A SERVICE of solidarity will bring together people of all faiths at Leeds Minister to remember the victims of the Paris terrorist attacks.
People from across the city are invited to pray for peace at the service this Sunday, November 22, at 6.30pm.
It will be led by the Minster’s new rector, Reverend Canon Sam Corley, and will be attended by the Lord Lieutenant of West Yorkshire, Dr Ingrid Roscoe, the Lord Mayor of Leeds, civic dignitaries and inter-faith representatives.
It follows the deaths of 129 people in coordinated terrorist attacks in the French capital on Friday night.
The services follows a solemn and emotional candle-lit vigil in Leeds city centre last Sunday, which saw more than 200 members of the city’s French community and other local residents gather outside Leeds Town Hall.
Canon Corley said the Minster service was the chance for anyone to reflect on atrocities around the world, regardless of their faith.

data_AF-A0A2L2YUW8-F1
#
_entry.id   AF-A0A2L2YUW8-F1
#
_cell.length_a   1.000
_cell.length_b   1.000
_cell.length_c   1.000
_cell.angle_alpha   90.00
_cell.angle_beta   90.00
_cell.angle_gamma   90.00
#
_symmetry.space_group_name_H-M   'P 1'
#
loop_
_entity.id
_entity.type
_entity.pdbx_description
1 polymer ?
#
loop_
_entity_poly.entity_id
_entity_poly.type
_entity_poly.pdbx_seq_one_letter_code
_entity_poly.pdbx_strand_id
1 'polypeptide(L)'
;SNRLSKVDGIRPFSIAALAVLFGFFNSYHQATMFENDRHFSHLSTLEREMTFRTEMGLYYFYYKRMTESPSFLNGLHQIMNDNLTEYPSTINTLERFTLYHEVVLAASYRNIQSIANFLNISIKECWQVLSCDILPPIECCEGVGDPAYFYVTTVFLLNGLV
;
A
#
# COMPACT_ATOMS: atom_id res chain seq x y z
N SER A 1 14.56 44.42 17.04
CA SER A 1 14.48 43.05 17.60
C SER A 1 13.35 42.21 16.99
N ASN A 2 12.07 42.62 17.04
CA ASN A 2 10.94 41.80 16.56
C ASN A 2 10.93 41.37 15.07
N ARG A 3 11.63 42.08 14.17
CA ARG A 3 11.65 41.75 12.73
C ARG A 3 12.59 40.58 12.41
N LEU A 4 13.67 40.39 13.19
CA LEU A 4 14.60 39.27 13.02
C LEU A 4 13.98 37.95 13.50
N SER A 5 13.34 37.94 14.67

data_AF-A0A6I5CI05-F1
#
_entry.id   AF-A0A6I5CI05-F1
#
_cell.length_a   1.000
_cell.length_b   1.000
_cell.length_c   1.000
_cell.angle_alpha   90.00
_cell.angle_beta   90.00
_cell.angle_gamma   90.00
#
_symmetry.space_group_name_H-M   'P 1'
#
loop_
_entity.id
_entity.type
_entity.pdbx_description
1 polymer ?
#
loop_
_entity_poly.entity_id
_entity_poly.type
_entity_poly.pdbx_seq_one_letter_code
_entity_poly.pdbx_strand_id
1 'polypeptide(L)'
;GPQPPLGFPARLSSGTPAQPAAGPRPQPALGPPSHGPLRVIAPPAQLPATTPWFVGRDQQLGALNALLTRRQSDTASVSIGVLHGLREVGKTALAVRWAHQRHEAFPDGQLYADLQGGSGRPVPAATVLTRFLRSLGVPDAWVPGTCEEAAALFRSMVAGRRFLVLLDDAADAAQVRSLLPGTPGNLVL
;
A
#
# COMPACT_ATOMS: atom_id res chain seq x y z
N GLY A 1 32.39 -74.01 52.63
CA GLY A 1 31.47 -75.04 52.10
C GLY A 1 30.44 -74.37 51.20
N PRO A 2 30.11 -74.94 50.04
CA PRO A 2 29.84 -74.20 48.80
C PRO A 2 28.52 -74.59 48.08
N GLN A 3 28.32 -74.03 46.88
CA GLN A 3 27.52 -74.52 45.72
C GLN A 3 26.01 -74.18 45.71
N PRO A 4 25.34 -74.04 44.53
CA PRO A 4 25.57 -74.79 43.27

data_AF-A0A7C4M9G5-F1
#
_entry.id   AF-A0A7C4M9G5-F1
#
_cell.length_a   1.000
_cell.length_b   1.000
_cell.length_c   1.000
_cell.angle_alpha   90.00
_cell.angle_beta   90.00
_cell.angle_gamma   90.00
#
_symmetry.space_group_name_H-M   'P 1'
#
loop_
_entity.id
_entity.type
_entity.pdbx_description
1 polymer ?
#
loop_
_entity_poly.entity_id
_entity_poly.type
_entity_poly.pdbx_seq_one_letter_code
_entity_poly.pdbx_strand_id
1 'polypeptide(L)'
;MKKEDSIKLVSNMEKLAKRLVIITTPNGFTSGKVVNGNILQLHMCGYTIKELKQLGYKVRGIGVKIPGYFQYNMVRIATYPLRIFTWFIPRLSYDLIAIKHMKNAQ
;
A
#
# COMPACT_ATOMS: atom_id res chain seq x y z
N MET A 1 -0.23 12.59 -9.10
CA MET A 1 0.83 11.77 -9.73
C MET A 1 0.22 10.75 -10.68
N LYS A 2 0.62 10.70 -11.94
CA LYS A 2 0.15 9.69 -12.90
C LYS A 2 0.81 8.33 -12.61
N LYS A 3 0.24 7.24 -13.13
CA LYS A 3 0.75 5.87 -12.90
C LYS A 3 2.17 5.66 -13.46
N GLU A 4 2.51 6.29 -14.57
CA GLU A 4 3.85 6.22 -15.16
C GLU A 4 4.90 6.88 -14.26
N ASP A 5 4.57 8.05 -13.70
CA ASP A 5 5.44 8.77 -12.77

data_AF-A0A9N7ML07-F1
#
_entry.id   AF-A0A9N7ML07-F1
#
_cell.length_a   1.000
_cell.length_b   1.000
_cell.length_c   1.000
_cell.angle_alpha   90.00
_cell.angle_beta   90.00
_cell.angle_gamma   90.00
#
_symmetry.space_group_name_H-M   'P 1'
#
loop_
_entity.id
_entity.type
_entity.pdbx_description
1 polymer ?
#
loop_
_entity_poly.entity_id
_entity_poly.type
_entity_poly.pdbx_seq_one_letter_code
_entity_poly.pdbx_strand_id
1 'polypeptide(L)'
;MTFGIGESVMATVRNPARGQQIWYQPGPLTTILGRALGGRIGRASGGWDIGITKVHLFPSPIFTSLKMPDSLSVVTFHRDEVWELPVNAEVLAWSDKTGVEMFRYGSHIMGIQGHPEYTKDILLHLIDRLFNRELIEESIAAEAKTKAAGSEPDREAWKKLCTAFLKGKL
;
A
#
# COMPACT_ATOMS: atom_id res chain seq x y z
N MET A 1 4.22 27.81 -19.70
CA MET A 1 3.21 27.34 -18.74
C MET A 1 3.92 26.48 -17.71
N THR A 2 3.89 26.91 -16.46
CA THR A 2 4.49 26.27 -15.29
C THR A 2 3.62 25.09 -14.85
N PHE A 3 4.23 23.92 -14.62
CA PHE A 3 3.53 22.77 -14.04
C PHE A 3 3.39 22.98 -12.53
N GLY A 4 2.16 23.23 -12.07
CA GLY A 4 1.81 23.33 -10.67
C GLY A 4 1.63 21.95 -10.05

He said: “Following the Paris tragedies we, on behalf of the city, wanted to respond. It will be a service of remembrance to stand in solidarity with all victims of terrorism around the world, and also a chance to pray for peace.”
Candles will be lit in memory of the victims and a period of silence will be held. It is hoped the service will help solidify already-strong links between different faith communities in the city.
“The main aim of the terrorist attacks is to break down and divide different communities,” Canon Corley said. “Things like this bring people from different communities together in an act of solidarity.
“We want to highlight and emphasise the unity and common humanity that we share here.”
On Saturday night, Leeds’s First Direct Arena was lit up with the white, blue and red of the French flag in solidarity with the people of Paris. The arena was one of many well-known landmarks around the world lit to match the colours of the Tricolore.
Wakefield Town Hall followed suit on Monday evening, with its clock tower lit up in the Tricolore colours.